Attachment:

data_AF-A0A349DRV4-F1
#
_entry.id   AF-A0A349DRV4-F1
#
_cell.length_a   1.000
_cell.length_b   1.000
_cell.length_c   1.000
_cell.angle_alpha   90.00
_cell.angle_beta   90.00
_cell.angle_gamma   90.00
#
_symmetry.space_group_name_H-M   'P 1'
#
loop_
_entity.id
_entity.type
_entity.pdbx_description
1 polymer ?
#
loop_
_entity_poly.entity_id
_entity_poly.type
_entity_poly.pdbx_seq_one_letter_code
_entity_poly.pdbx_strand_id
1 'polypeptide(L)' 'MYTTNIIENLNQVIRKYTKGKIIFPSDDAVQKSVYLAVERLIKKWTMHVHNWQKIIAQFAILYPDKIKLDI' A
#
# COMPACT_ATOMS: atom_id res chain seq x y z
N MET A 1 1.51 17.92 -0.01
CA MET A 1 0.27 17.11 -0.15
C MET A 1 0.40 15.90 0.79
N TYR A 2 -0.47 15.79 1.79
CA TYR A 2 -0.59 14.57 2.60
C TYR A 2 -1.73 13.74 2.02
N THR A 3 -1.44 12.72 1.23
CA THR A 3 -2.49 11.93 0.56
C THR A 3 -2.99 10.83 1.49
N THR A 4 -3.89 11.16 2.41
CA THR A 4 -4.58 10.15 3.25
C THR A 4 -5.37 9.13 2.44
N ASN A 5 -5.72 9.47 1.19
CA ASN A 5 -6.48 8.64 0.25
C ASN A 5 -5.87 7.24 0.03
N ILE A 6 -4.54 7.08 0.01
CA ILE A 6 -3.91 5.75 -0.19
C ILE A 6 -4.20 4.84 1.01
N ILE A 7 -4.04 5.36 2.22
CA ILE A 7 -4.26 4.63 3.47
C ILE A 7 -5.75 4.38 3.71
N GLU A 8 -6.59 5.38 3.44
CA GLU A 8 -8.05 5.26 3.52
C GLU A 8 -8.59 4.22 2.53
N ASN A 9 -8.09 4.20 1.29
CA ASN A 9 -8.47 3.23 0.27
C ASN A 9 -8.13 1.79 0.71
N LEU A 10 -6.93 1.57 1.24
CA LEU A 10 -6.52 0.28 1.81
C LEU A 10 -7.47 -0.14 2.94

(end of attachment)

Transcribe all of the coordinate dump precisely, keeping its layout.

data_AF-A0A349DRV4-F1
#
_entry.id   AF-A0A349DRV4-F1
#
_cell.length_a   1.000
_cell.length_b   1.000
_cell.length_c   1.000
_cell.angle_alpha   90.00
_cell.angle_beta   90.00
_cell.angle_gamma   90.00
#
_symmetry.space_group_name_H-M   'P 1'
#
loop_
_entity.id
_entity.type
_entity.pdbx_description
1 polymer ?
#
loop_
_entity_poly.entity_id
_entity_poly.type
_entity_poly.pdbx_seq_one_letter_code
_entity_poly.pdbx_strand_id
1 'polypeptide(L)' 'MYTTNIIENLNQVIRKYTKGKIIFPSDDAVQKSVYLAVERLIKKWTMHVHNWQKIIAQFAILYPDKIKLDI' A
#
# COMPACT_ATOMS: atom_id res chain seq x y z
N MET A 1 1.51 17.92 -0.01
CA MET A 1 0.27 17.11 -0.15
C MET A 1 0.40 15.90 0.79
N TYR A 2 -0.47 15.79 1.79
CA TYR A 2 -0.59 14.57 2.60
C TYR A 2 -1.73 13.74 2.02
N THR A 3 -1.44 12.72 1.23
CA THR A 3 -2.49 11.93 0.56
C THR A 3 -2.99 10.83 1.49
N THR A 4 -3.89 11.16 2.41
CA THR A 4 -4.58 10.15 3.25
C THR A 4 -5.37 9.13 2.44
N ASN A 5 -5.72 9.47 1.19
CA ASN A 5 -6.48 8.64 0.25
C ASN A 5 -5.87 7.24 0.03
N ILE A 6 -4.54 7.08 0.01
CA ILE A 6 -3.91 5.75 -0.19
C ILE A 6 -4.20 4.84 1.01
N ILE A 7 -4.04 5.36 2.22
CA ILE A 7 -4.26 4.63 3.47
C ILE A 7 -5.75 4.38 3.71
N GLU A 8 -6.59 5.38 3.44
CA GLU A 8 -8.05 5.26 3.52
C GLU A 8 -8.59 4.22 2.53
N ASN A 9 -8.09 4.20 1.29
CA ASN A 9 -8.47 3.23 0.27
C ASN A 9 -8.13 1.79 0.71
N LEU A 10 -6.93 1.57 1.24
CA LEU A 10 -6.52 0.28 1.81
C LEU A 10 -7.47 -0.14 2.94